What do my cholesterol numbers (lipids) mean?

Of all the potential lab work that could be performed as a screening tool for certain ailments, the only one universally recommended for otherwise healthy individuals is cholesterol screening.

The most aggressive recommendation for cholesterol screening comes from National Cholesterol Education Program (NCEP III) guidelines, recommending lipid screening every 5 years for all persons over the age of 20.

According to the United States Preventive Services Task Force (USPSTF) statement in 2001, routine screening for cholesterol should begin at age 35 regardless of health, after age 20 if any risk factors for heart disease exist.

I tend to follow the NCEP III guidelines for a couple reasons: 1) a disturbing percentage of people are overweight and/or relatively inactive, 2) many people are not aware of their family history (e.g. whether or not their parents have high cholesterol), 3) abnormal numbers give me something better to stand on to encourage lifestyle changes, and 4) I want to emphasize the importance of knowing these numbers and doing something about them.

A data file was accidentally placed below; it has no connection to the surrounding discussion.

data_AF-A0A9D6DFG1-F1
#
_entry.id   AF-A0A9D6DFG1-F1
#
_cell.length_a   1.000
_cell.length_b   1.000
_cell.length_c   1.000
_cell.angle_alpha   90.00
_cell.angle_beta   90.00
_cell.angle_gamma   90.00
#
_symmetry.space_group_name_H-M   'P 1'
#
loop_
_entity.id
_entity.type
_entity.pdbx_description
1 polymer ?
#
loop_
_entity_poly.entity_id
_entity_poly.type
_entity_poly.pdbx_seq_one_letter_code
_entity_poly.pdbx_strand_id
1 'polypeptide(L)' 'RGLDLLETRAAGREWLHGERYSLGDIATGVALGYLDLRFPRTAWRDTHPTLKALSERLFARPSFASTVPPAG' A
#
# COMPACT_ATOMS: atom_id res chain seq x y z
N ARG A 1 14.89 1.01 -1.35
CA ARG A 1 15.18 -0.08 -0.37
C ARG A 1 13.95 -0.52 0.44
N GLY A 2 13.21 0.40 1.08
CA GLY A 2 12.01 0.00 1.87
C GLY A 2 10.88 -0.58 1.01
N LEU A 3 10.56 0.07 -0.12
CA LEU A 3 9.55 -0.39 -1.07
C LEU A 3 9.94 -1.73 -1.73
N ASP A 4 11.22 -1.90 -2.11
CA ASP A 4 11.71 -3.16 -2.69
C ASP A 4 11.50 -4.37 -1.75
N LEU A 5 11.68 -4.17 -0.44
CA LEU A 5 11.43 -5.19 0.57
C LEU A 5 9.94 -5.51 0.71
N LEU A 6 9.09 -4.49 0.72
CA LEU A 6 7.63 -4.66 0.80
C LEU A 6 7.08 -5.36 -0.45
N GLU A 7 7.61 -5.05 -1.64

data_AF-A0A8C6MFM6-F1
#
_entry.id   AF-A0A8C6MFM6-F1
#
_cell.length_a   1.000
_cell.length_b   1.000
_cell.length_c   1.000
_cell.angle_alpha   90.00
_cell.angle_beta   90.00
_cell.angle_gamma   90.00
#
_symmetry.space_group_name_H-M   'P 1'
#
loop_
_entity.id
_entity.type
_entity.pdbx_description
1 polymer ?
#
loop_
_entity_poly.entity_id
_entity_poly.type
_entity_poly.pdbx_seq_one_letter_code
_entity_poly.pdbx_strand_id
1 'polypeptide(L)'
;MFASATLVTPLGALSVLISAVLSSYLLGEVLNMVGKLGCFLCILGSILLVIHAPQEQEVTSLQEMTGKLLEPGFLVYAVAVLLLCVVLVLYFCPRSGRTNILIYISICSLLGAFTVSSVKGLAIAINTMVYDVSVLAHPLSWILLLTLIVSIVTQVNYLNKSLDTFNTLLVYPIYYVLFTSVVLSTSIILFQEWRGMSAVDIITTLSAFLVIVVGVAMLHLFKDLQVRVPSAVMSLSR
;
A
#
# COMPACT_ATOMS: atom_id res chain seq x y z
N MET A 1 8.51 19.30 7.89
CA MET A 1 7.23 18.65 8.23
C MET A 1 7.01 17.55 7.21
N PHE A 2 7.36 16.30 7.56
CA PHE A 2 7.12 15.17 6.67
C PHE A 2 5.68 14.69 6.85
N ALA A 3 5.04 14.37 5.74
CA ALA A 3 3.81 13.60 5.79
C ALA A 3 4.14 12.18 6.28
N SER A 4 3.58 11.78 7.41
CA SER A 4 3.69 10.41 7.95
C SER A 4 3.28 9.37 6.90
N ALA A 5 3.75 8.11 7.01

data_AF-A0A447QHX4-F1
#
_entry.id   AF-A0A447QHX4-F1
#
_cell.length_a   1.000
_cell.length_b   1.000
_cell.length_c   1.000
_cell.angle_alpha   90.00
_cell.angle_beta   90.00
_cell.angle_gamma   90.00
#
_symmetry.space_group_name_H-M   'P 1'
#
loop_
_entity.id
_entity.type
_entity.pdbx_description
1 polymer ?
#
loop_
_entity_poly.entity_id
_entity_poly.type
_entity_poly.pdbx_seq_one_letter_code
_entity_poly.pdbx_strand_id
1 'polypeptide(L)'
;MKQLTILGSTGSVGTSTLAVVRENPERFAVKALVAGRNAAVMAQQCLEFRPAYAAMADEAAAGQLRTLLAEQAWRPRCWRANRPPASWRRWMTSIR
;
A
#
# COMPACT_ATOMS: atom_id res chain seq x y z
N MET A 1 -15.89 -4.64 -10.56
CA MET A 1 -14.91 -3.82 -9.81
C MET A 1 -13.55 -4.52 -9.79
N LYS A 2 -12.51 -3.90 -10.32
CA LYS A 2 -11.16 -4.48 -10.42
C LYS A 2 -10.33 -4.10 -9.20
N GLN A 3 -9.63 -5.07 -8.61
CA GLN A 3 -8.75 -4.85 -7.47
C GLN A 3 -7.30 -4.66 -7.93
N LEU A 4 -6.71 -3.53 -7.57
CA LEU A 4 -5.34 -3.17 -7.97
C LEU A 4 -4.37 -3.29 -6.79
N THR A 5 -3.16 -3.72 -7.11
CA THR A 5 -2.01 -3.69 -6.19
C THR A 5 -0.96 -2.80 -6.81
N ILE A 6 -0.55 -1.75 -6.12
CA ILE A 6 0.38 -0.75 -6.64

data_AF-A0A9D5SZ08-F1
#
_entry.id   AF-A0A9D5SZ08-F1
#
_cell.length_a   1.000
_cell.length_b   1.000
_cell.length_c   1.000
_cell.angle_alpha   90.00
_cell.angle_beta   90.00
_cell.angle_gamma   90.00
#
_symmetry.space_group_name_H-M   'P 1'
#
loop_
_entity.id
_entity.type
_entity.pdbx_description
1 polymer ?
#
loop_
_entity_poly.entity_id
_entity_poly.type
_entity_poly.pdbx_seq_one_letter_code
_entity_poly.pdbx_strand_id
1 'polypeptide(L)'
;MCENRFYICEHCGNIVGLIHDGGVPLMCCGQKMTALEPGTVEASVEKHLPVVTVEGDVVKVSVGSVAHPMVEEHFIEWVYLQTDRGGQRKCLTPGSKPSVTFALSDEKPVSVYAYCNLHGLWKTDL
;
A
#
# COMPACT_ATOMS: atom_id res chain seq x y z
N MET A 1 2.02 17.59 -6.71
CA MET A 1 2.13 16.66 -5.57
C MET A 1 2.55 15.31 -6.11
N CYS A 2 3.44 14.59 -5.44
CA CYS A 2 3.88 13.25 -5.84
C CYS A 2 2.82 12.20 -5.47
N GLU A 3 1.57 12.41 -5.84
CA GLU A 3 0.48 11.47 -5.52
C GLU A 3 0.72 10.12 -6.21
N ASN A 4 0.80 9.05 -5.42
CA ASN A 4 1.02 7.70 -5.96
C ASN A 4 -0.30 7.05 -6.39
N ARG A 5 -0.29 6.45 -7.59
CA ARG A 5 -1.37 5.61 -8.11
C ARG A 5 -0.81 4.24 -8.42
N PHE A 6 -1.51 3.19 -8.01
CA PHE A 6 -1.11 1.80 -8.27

Below is a brief summary of the normal ranges of each component of a typical “lipid profile”, what behaviors tend to make them abnormal, and what you can do to improve them.

Total Cholesterol [normal < 200 mg/dL]

  • not as important as the ratio of total cholesterol/HDL

LDL [ normal < 130 mg/dL for normal-risk individuals]

  • the “bad” cholesterol
  • increased by poor diet, inactivity
  • lowered by dietary changes (esp. eating oatmeal) and physical activity
  • medication: statins

HDL [normal > 39 mg/dL]

  • the “good” cholesterol
  • lowered by inactivity, poor diet
  • elevated by regular physical activity – the more intense, the higher the HDL
  • elevated by alcohol intake (but, only beneficial in moderation; beyond that, it’s other effects negate the benefit of HDL-raising
  • medication: niacin, some effect from statins

Triglycerides [normal < 150 mg/dL]

  • “fatty acids”
  • increased by poor diet
  • lowered by diet, exercise
  • medication: fibrates, statins

TC/HDL ratio [normal < 5.0]

  • increased by a) low HDL or b) high total cholesterol
  • see above under individual components
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